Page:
Apr 7, 2016

How I stopped using white sugar

Around a month back, I waved a permanent goodbye to white, processed sugar from my pantry. That's the best decision I have made so far in 2016. "If sugar comes from sugarcane, why does it look so milky white?" - A question I was curious about when I was a kid. After reading up a lot about the kind of processing, bleaching and other processes that go into converting a sugarcane juice syrup into dry lump-free white sugar, I decided to put an end to it.

I use jaggery extensively for making Indian desserts like payasam/kheer. I also use it for baking sometimes. I use panankalkandu (palm sugar crystals) for adding to milk or to a porridge/kanji. The only purpose for which I was using white sugar was for sweetening my 2 cups of milk tea everyday. Though I reduced the quantity of sugar as I had written earlier, there was always a guilt feeling at the back of my head that I'm adding this artificial, chemical-laden substance to my tea.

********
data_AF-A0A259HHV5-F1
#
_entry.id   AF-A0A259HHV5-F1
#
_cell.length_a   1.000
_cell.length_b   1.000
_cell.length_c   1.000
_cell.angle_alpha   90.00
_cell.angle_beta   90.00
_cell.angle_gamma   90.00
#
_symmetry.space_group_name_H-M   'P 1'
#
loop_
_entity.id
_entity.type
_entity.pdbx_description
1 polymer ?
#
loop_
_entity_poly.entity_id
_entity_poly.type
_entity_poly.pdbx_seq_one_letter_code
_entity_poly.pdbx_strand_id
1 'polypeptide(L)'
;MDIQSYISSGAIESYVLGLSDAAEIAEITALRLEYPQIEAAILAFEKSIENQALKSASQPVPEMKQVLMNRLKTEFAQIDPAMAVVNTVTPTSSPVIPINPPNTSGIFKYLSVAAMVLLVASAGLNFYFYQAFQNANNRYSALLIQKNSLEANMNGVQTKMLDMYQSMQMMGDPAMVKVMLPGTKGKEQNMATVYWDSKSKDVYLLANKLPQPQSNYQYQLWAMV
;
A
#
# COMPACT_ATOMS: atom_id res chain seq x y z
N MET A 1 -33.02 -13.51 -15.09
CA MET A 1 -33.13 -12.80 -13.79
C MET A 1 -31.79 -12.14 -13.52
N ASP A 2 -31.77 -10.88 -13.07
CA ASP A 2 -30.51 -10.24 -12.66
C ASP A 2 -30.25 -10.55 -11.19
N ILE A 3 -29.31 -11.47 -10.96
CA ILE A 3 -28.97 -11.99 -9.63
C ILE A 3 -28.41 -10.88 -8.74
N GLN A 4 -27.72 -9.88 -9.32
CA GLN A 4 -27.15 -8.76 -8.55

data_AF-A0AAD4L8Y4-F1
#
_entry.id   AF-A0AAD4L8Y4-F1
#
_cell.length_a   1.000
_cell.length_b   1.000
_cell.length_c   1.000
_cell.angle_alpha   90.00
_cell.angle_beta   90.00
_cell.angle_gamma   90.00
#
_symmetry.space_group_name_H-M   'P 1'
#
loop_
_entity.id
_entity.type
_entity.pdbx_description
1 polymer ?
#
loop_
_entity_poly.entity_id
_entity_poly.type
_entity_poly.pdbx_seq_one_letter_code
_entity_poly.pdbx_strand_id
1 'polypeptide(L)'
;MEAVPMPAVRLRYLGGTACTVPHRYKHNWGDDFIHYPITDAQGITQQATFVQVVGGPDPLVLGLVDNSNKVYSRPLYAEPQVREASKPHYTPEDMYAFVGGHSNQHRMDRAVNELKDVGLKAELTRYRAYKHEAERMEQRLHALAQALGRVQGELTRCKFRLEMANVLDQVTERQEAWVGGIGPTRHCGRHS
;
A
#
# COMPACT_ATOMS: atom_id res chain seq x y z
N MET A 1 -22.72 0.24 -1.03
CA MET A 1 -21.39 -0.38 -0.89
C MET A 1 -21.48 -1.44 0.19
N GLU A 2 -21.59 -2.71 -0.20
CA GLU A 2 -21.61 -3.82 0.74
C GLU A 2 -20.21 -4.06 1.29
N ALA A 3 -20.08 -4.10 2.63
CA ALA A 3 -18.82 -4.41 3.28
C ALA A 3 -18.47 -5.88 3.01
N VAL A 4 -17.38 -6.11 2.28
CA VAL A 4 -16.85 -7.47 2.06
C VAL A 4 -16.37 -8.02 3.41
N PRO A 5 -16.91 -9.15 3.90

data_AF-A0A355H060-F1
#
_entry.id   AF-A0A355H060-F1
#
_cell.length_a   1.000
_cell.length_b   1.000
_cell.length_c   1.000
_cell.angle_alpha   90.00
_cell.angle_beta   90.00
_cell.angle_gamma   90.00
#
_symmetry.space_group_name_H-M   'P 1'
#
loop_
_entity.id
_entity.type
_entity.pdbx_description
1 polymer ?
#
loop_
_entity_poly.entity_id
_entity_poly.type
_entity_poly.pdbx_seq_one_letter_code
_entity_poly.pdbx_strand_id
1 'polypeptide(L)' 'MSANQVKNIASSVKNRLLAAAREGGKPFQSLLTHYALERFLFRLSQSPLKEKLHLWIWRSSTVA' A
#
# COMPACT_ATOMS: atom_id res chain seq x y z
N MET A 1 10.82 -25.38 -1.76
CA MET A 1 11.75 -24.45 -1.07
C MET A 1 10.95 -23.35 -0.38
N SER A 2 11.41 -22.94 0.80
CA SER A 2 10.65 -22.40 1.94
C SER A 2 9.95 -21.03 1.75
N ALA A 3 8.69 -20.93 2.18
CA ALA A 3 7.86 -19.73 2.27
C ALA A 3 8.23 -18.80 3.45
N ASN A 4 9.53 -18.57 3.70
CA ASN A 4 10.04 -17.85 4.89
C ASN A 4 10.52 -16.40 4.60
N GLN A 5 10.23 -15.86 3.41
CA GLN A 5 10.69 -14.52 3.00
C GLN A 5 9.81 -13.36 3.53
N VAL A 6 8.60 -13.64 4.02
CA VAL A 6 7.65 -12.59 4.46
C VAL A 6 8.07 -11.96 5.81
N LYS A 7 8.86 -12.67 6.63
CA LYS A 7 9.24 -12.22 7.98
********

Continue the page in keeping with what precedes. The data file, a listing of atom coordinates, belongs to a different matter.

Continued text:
I found the perfect alternative in the form of cane sugar. It's easily available these days. It's also perfect for baking needs.

Now if you are thinking "Why not sugar-free sweeteners like sucralose, aspartame etc?", these are again artificial, processed chemicals which I would like to stay away from. Stevia, being a plant-based sugar alternative seems okay but it's very expensive.

Ayurveda recommends that we include all 6 forms of taste in our everyday diet. So we don't have to stop indulging in sweet foods. Make sure you choose the "right" dessert to satiate your tastebuds - say No to sugar-loaded pastries, cakes, jams or spreads. Enjoy desserts made out of normal jaggery, palm jaggery, palm sugar, dates, honey, fruits etc but in moderation :-)

All store-bought packaged foods like biscuits, cookies, cakes, tetra pack juices, jams, sauces, aerated drinks etc are made with white sugar. Stay away from them as much as you can.

On World Health Day today (7th April), I highly encourage you to keep a distance from white sugar. All it takes is a little conscious effort for yours and your family's future wellbeing.

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